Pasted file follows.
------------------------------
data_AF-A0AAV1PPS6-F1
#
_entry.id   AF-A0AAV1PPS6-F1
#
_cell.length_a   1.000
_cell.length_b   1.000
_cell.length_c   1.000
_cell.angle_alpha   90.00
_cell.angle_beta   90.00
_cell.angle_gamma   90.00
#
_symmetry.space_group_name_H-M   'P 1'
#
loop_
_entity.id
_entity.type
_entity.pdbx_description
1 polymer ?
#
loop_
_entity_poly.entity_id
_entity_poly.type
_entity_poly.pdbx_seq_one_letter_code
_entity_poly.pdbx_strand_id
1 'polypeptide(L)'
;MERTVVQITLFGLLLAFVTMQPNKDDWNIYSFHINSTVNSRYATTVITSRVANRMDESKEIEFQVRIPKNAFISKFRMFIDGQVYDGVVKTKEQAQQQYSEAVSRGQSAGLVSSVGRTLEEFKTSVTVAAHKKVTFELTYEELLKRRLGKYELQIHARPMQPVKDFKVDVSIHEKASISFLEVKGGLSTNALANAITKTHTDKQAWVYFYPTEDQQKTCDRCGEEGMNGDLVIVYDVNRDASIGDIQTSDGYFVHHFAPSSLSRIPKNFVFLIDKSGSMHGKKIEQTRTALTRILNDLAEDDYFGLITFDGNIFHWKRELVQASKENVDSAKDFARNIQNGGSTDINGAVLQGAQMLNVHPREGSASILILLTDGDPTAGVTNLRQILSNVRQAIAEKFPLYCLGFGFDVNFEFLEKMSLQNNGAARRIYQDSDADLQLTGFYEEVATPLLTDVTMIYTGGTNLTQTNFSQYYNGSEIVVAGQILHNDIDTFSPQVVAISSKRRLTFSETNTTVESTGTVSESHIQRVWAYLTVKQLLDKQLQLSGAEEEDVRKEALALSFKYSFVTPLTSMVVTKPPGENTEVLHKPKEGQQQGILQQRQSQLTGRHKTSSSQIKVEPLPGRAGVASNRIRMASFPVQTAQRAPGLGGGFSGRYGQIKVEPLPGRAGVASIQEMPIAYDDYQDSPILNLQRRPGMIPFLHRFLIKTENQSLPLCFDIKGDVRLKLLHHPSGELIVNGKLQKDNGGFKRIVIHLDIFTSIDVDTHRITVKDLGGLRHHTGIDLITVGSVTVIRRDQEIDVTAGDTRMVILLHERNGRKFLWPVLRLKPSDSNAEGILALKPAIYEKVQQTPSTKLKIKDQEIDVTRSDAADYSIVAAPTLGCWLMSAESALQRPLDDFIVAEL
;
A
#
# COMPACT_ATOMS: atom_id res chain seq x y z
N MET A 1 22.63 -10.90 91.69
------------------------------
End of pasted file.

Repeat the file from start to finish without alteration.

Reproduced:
data_AF-A0AAV1PPS6-F1
#
_entry.id   AF-A0AAV1PPS6-F1
#
_cell.length_a   1.000
_cell.length_b   1.000
_cell.length_c   1.000
_cell.angle_alpha   90.00
_cell.angle_beta   90.00
_cell.angle_gamma   90.00
#
_symmetry.space_group_name_H-M   'P 1'
#
loop_
_entity.id
_entity.type
_entity.pdbx_description
1 polymer ?
#
loop_
_entity_poly.entity_id
_entity_poly.type
_entity_poly.pdbx_seq_one_letter_code
_entity_poly.pdbx_strand_id
1 'polypeptide(L)'
;MERTVVQITLFGLLLAFVTMQPNKDDWNIYSFHINSTVNSRYATTVITSRVANRMDESKEIEFQVRIPKNAFISKFRMFIDGQVYDGVVKTKEQAQQQYSEAVSRGQSAGLVSSVGRTLEEFKTSVTVAAHKKVTFELTYEELLKRRLGKYELQIHARPMQPVKDFKVDVSIHEKASISFLEVKGGLSTNALANAITKTHTDKQAWVYFYPTEDQQKTCDRCGEEGMNGDLVIVYDVNRDASIGDIQTSDGYFVHHFAPSSLSRIPKNFVFLIDKSGSMHGKKIEQTRTALTRILNDLAEDDYFGLITFDGNIFHWKRELVQASKENVDSAKDFARNIQNGGSTDINGAVLQGAQMLNVHPREGSASILILLTDGDPTAGVTNLRQILSNVRQAIAEKFPLYCLGFGFDVNFEFLEKMSLQNNGAARRIYQDSDADLQLTGFYEEVATPLLTDVTMIYTGGTNLTQTNFSQYYNGSEIVVAGQILHNDIDTFSPQVVAISSKRRLTFSETNTTVESTGTVSESHIQRVWAYLTVKQLLDKQLQLSGAEEEDVRKEALALSFKYSFVTPLTSMVVTKPPGENTEVLHKPKEGQQQGILQQRQSQLTGRHKTSSSQIKVEPLPGRAGVASNRIRMASFPVQTAQRAPGLGGGFSGRYGQIKVEPLPGRAGVASIQEMPIAYDDYQDSPILNLQRRPGMIPFLHRFLIKTENQSLPLCFDIKGDVRLKLLHHPSGELIVNGKLQKDNGGFKRIVIHLDIFTSIDVDTHRITVKDLGGLRHHTGIDLITVGSVTVIRRDQEIDVTAGDTRMVILLHERNGRKFLWPVLRLKPSDSNAEGILALKPAIYEKVQQTPSTKLKIKDQEIDVTRSDAADYSIVAAPTLGCWLMSAESALQRPLDDFIVAEL
;
A
#
# COMPACT_ATOMS: atom_id res chain seq x y z
N MET A 1 22.63 -10.90 91.69